crimped, so do not use any solder, even XLR connectors.
It is wonderful to see a review that includes a DSP headroom test for intersample overs. The clipping of intersample overs is probably the most audible artifact produced by most D/A converters and yet the vast majority of the industry seems to be ignoring this problem. A simple analysis of the mathematics will show that a reconstructed waveform can reach 3.01 dB above 0 dBFS, even when the signal is properly band limited. In most 44.1 kHz recordings, this condition occurs many times per second, even when the recording is not squashed with excessive studio processing. Sample rate converters (SRC) and oversampling D/A converters must have a headroom of 3 dB above 0 dBFS, or they will clip many times per second when playing 44.1 kHz recordings. This problem is less severe with higher sample rates, due to the fact that the worst case occurs at an input frequency equal to 1/4 of the sample rate. In a 44.1 kHz system, the worst case occurs at 11.025 kHz, and there can be substantial energy at these frequencies. In contrast, the worst case occurs at 22.05 kHz in an 88.2 kHz system. There is not as much energy in the music at 22 kHz, so one could argue that less headroom is required at higher sample rates. Nevertheless, adding 3 dB of headroom will solve the problem at all sample rates.
Avoid high-sample rate recordings that have been upsampled from 44.1 kHz originals. In most cases, these upsampled versions will have SRC clipping artifacts baked in.
Jitter immunity can be measured in terms of jitter attenuation. In the review, 25 ns of jitter was applied while playing a 10 kHz test tone. If there was no jitter attenuation, 25 ns would produce a pair of sidebands that would each measure about -58 dB relative to the test tone. In the test of the DAC3, the resulting sidebands measured about -145 dB relative to the test tone. This is equivalent to 1.4 ps jitter at the sampling clock. In other words, 25 ns is attenuated to just 1.4 ps. This is a ratio of 17,857:1 or 85 dB. Notice that we get about the same answer if we measure the relative difference of the sidebands. The difference between -145 dB and – 58 dB is 87 dB. So we can see that the jitter attenuation at 1 kHz is somewhere between 85 and 87 dB. This jitter attenuation is outstanding, but more importantly, it means that the jitter-induced sidebands are well below 0 dB SPL in any playback system (unless your playback system is producing an SPL exceeding 145 dB SPL).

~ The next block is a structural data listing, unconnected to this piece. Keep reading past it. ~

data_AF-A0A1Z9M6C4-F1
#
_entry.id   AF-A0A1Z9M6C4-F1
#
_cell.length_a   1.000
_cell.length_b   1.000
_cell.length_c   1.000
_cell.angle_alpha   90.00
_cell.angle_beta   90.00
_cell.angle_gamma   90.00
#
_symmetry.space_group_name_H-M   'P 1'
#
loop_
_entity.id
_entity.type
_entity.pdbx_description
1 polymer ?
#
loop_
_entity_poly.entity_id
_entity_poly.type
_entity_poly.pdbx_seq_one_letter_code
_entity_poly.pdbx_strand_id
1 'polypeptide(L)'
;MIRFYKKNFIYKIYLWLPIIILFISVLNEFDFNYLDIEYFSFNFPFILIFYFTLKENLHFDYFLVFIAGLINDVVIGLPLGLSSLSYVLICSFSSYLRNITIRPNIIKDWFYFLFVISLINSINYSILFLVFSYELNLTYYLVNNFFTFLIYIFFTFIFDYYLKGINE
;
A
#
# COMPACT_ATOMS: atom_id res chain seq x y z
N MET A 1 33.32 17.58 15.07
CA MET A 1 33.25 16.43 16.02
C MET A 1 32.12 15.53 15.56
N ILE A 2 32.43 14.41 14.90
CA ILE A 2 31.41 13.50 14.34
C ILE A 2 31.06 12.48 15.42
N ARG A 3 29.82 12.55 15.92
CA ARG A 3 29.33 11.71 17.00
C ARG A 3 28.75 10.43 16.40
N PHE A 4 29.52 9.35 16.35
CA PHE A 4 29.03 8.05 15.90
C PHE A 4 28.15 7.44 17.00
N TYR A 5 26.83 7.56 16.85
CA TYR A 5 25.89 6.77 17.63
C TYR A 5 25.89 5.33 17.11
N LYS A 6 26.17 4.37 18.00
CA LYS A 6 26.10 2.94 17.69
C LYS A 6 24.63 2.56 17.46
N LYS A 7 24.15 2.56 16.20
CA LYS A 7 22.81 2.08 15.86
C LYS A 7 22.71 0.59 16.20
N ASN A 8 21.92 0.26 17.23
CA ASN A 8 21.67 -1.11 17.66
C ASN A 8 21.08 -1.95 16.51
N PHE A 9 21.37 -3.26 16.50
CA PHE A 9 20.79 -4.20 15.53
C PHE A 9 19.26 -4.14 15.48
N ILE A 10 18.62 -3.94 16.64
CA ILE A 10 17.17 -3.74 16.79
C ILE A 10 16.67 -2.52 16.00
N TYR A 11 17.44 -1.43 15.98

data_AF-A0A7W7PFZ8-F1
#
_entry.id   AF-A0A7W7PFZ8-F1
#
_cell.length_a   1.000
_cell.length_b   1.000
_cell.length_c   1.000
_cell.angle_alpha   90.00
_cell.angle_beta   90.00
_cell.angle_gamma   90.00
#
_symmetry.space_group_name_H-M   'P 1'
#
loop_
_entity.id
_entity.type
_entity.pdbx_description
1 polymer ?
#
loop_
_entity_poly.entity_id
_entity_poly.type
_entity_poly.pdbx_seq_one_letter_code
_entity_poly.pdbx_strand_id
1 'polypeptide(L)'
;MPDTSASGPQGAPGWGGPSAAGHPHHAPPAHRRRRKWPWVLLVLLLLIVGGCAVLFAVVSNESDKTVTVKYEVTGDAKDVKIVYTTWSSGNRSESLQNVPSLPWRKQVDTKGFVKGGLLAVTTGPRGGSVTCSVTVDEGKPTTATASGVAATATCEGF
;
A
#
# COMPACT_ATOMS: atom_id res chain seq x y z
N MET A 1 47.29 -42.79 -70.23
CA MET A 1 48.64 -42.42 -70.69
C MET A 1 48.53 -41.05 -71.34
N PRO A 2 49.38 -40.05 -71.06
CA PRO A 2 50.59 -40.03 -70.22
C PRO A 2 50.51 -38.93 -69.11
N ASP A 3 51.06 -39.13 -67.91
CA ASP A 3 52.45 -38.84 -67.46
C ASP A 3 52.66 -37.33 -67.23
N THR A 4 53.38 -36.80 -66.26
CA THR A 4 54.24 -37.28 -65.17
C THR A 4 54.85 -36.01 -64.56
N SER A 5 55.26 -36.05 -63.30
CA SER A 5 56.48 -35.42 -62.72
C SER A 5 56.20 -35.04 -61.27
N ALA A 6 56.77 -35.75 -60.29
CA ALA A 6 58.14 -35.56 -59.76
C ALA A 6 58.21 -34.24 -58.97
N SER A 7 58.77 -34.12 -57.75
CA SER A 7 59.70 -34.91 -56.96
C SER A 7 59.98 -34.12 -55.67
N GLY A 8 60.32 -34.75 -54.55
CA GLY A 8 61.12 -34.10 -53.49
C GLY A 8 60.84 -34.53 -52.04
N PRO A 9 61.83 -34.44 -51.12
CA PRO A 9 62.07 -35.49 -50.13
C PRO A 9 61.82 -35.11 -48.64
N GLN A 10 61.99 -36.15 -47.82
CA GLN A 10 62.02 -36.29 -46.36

So from the above we can say that jitter-induced distortion is absolutely inaudible (below 0 dB SPL) in any playback system driven by a Benchmark DAC3.
If you run the AES jitter tolerance test, you will find that the DAC3 never shows an increase in THD+N due to jitter (see “Graph 14” on page 60 of the DAC3 HGC manual).
If you plot an FFT while running the AES jitter tolerance test, you will find that the DAC3 never shows jitter-induced sidebands exceeding -140 dB relative to the test tone (see “Graph 15” on page 61 of the DAC3 manual).
These two test published in the DAC3 manual agree with the -145 dB sidebands measured in this review.
Size of soundstage:
Errors in interchannel phase and interchannel frequency response will always expand the apparent width and depth of the soundstage. Some reconstruction filters can cause frequency-dependent phase distortions which can enlarge and blur the locations of instruments in the stereo image. The DAC3 will not add a false sense of depth or width to recordings that lack space. It will also not expand the apparent size of a point source. The DAC3 is spectacular when reproducing recordings that have captured the natural depth and width of a recording space. On the other hand, a pan-potted stereo image will sound like a flat wall of sound stretched between the two stereo speaker.
The DAC3 does not use any of the ESS filters. Our reconstruction filter is implemented at a very high oversampling ratio and this is done outside of the ESS chip. The reconstruction filter has a linear phase response which we believe is important for accurate reproduction of the width and depth of the recording space.